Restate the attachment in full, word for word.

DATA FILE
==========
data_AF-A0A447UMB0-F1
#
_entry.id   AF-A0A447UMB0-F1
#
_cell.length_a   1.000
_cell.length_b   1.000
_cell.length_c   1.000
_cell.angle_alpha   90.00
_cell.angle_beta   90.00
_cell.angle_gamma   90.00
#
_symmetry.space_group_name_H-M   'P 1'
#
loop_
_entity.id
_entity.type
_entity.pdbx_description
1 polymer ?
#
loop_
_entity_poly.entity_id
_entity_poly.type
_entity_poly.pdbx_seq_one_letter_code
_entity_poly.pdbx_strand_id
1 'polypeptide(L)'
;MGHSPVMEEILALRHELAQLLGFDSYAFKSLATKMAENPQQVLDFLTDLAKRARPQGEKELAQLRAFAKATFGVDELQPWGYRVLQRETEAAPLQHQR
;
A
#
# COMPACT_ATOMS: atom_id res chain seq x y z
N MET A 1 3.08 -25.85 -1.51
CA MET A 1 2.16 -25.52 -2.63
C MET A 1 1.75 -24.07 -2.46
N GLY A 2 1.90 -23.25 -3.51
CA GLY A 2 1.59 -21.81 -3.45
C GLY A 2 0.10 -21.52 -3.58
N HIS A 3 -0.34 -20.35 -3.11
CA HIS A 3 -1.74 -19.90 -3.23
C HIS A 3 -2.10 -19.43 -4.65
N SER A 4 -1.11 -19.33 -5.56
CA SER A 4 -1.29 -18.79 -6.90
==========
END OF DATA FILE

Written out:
data_AF-A0A447UMB0-F1
#
_entry.id   AF-A0A447UMB0-F1
#
_cell.length_a   1.000
_cell.length_b   1.000
_cell.length_c   1.000
_cell.angle_alpha   90.00
_cell.angle_beta   90.00
_cell.angle_gamma   90.00
#
_symmetry.space_group_name_H-M   'P 1'
#
loop_
_entity.id
_entity.type
_entity.pdbx_description
1 polymer ?
#
loop_
_entity_poly.entity_id
_entity_poly.type
_entity_poly.pdbx_seq_one_letter_code
_entity_poly.pdbx_strand_id
1 'polypeptide(L)'
;MGHSPVMEEILALRHELAQLLGFDSYAFKSLATKMAENPQQVLDFLTDLAKRARPQGEKELAQLRAFAKATFGVDELQPWGYRVLQRETEAAPLQHQR
;
A
#
# COMPACT_ATOMS: atom_id res chain seq x y z
N MET A 1 3.08 -25.85 -1.51
CA MET A 1 2.16 -25.52 -2.63
C MET A 1 1.75 -24.07 -2.46
N GLY A 2 1.90 -23.25 -3.51
CA GLY A 2 1.59 -21.81 -3.45
C GLY A 2 0.10 -21.52 -3.58
N HIS A 3 -0.34 -20.35 -3.11
CA HIS A 3 -1.74 -19.90 -3.23
C HIS A 3 -2.10 -19.43 -4.65
N SER A 4 -1.11 -19.33 -5.56
CA SER A 4 -1.29 -18.79 -6.90